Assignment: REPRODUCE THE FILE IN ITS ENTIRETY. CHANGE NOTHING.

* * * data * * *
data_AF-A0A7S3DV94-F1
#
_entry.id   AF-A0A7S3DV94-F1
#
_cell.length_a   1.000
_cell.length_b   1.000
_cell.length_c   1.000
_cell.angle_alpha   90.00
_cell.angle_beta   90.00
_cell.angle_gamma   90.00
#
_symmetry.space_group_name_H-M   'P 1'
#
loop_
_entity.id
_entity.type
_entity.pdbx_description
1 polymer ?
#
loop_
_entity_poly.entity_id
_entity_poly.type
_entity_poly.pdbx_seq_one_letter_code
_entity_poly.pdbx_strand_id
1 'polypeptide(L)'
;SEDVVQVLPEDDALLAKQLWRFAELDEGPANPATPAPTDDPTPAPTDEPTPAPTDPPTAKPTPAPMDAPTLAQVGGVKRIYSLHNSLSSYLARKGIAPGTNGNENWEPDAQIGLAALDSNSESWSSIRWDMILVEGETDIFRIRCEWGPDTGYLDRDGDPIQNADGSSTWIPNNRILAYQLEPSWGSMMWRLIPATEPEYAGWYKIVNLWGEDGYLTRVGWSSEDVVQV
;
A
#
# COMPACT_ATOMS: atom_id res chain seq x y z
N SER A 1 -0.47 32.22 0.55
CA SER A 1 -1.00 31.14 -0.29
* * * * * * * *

data_AF-A0A7S3DV94-F1
#
_entry.id   AF-A0A7S3DV94-F1
#
_cell.length_a   1.000
_cell.length_b   1.000
_cell.length_c   1.000
_cell.angle_alpha   90.00
_cell.angle_beta   90.00
_cell.angle_gamma   90.00
#
_symmetry.space_group_name_H-M   'P 1'
#
loop_
_entity.id
_entity.type
_entity.pdbx_description
1 polymer ?
#
loop_
_entity_poly.entity_id
_entity_poly.type
_entity_poly.pdbx_seq_one_letter_code
_entity_poly.pdbx_strand_id
1 'polypeptide(L)'
;SEDVVQVLPEDDALLAKQLWRFAELDEGPANPATPAPTDDPTPAPTDEPTPAPTDPPTAKPTPAPMDAPTLAQVGGVKRIYSLHNSLSSYLARKGIAPGTNGNENWEPDAQIGLAALDSNSESWSSIRWDMILVEGETDIFRIRCEWGPDTGYLDRDGDPIQNADGSSTWIPNNRILAYQLEPSWGSMMWRLIPATEPEYAGWYKIVNLWGEDGYLTRVGWSSEDVVQV
;
A
#
# COMPACT_ATOMS: atom_id res chain seq x y z
N SER A 1 -0.47 32.22 0.55
CA SER A 1 -1.00 31.14 -0.29